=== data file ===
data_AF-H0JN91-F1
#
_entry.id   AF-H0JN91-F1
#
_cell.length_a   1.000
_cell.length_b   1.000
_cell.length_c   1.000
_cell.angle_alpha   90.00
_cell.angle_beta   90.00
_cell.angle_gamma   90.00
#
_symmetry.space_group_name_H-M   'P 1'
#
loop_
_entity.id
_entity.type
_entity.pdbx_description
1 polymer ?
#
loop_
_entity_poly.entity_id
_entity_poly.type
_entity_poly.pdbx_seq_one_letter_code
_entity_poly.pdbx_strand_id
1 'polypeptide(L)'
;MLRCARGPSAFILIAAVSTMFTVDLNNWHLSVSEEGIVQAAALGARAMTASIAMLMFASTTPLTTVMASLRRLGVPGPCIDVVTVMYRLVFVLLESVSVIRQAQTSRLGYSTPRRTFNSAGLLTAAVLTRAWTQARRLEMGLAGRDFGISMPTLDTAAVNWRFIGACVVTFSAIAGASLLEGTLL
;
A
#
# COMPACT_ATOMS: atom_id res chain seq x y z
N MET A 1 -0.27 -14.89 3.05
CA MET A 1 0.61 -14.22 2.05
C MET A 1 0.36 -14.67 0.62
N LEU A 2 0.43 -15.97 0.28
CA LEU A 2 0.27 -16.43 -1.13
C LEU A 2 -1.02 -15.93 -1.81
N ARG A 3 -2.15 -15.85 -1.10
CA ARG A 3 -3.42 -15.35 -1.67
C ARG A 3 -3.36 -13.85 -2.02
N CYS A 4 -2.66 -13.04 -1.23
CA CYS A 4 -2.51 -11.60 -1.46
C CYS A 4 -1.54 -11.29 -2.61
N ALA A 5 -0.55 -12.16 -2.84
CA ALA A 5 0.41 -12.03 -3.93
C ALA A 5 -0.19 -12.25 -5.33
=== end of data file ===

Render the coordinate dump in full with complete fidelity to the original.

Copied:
data_AF-H0JN91-F1
#
_entry.id   AF-H0JN91-F1
#
_cell.length_a   1.000
_cell.length_b   1.000
_cell.length_c   1.000
_cell.angle_alpha   90.00
_cell.angle_beta   90.00
_cell.angle_gamma   90.00
#
_symmetry.space_group_name_H-M   'P 1'
#
loop_
_entity.id
_entity.type
_entity.pdbx_description
1 polymer ?
#
loop_
_entity_poly.entity_id
_entity_poly.type
_entity_poly.pdbx_seq_one_letter_code
_entity_poly.pdbx_strand_id
1 'polypeptide(L)'
;MLRCARGPSAFILIAAVSTMFTVDLNNWHLSVSEEGIVQAAALGARAMTASIAMLMFASTTPLTTVMASLRRLGVPGPCIDVVTVMYRLVFVLLESVSVIRQAQTSRLGYSTPRRTFNSAGLLTAAVLTRAWTQARRLEMGLAGRDFGISMPTLDTAAVNWRFIGACVVTFSAIAGASLLEGTLL
;
A
#
# COMPACT_ATOMS: atom_id res chain seq x y z
N MET A 1 -0.27 -14.89 3.05
CA MET A 1 0.61 -14.22 2.05
C MET A 1 0.36 -14.67 0.62
N LEU A 2 0.43 -15.97 0.28
CA LEU A 2 0.27 -16.43 -1.13
C LEU A 2 -1.02 -15.93 -1.81
N ARG A 3 -2.15 -15.85 -1.10
CA ARG A 3 -3.42 -15.35 -1.67
C ARG A 3 -3.36 -13.85 -2.02
N CYS A 4 -2.66 -13.04 -1.23
CA CYS A 4 -2.51 -11.60 -1.46
C CYS A 4 -1.54 -11.29 -2.61
N ALA A 5 -0.55 -12.16 -2.84
CA ALA A 5 0.41 -12.03 -3.93
C ALA A 5 -0.19 -12.25 -5.33